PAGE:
UN suspends Maria Sharapova as goodwill ambassador

UN suspends Maria Sharapova as goodwill ambassador

And the woes continue for former women’s world #1 Maria Sharapova.

In a report that appeared in Reuters, the Russian tennis superstar has been suspended by the United Nations Development Programme as its goodwill ambassador pending the outcome of her investigation. Sharapova has been goodwill ambassador since February 2007 for her work in the Chernobyl nuclear disaster recovery.

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“The UNDP remains grateful to Maria Sharapova for her support of our works, especially around the Chernobyl nuclear disaster recovery,” said a spokesperson.

However, in light of her recent announcement, we last week suspended her as a Goodwill Ambassador and any planned activities while the investigation continues. We wish Ms. Sharapova the best,” the statement said.

The suspension is the latest to hit the former world number one after admitting she had tested positive for the banned substance meldonium at his year’s Australian Open. She made the announcement in a press conference last March 7. Sports apparel manufacturer Nike, watch company Tag Heuer, and German luxury car maker Porsche have also cut their ties with Sharapova.

As UN’s goodwill ambassador, the Russian tennis star earns a symbolic $1 salary. Sharapova considers such position as one of her “proudest contracts ever.” To mark her appointment for the position, Maria donated $100,000 to help young survivors in rural communities affected by one of the world’s worst nuclear accident. She also established a charitable foundation to help in the recovery efforts.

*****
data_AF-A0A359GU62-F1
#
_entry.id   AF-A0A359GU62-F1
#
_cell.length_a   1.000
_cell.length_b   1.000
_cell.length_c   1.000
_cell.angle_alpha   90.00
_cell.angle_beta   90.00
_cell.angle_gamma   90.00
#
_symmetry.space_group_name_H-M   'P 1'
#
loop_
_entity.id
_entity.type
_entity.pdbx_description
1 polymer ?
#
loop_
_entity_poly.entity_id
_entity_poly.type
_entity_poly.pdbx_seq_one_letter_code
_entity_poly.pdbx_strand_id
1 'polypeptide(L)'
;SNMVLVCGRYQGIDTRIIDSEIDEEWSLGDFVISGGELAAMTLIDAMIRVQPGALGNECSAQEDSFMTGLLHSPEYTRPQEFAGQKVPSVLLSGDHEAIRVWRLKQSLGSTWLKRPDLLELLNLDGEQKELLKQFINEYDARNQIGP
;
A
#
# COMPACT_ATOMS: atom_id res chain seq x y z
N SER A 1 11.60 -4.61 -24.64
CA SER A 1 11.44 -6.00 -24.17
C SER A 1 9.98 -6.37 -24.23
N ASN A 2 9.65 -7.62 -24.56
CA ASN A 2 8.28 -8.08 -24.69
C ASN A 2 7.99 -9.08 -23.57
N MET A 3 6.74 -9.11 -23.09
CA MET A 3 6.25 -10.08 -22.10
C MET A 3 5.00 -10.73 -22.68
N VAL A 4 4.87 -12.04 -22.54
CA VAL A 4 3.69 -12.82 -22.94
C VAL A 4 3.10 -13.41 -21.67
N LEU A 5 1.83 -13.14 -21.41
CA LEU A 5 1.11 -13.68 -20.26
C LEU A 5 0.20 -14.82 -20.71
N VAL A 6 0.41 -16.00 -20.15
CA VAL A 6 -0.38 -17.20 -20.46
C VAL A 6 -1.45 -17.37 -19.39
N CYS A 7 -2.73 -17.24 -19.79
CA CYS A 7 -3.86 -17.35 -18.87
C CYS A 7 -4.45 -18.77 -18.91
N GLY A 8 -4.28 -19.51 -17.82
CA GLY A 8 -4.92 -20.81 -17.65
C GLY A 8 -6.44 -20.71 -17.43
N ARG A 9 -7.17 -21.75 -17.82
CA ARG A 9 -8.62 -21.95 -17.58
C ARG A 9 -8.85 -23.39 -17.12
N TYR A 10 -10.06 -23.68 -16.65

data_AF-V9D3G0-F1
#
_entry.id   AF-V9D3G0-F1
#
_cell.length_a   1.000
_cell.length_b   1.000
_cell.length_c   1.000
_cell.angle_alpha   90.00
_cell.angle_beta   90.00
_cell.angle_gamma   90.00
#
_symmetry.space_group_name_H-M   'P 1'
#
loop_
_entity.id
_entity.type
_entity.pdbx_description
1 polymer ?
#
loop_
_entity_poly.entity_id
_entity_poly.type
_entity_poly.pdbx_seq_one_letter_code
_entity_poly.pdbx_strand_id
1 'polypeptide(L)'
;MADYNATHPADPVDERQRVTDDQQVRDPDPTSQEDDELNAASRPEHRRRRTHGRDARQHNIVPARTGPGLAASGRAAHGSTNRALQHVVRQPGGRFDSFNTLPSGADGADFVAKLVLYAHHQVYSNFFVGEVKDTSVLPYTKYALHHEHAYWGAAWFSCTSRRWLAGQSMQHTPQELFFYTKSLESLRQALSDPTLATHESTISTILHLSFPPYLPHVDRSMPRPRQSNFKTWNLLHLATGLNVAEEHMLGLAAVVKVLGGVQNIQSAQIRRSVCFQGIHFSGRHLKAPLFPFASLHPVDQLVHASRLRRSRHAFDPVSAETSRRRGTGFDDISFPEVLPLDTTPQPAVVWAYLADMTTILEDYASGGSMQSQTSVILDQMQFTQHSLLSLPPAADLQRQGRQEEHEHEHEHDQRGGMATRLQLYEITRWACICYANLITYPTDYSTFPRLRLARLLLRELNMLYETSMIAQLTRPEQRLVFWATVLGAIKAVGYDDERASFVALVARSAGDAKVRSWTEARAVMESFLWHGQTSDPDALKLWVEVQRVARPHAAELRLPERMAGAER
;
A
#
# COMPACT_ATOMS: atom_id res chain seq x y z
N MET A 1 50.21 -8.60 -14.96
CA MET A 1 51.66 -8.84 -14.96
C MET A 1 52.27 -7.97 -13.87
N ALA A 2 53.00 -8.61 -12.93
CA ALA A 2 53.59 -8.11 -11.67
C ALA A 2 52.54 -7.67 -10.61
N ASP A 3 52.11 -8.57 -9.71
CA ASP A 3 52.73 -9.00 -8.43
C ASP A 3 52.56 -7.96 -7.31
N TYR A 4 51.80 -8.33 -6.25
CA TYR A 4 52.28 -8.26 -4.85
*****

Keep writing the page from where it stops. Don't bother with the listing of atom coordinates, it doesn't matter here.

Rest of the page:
The suspension would most likely damage the appeal of an athlete who earned an estimated $29.5 million last year and is usually listed among the highest earning female athletes.

UN goodwill ambassadors are appointed on the premise that they are “persons of integrity” who “possesses the personality and dignity for such high-level representative capacity.” Her suspension as UN ambassador was stipulated in Article 28 of the UN guidelines for the designation of goodwill ambassadors and messengers of peace. It states : “If the ambassador engages in any activity incompatible with his/her status or with the purposes of the UN, or if the termination is in the best interest of the organization,” such appointment will be terminated.

Sharapova faces a ban of four years for taking meldonium, after the World Doping Agency added it to the list of banned substances. Sharapova claimed that she took the drug for medical reasons and not to enhance her performance.

Photo Courtesy: Wikimedia Commons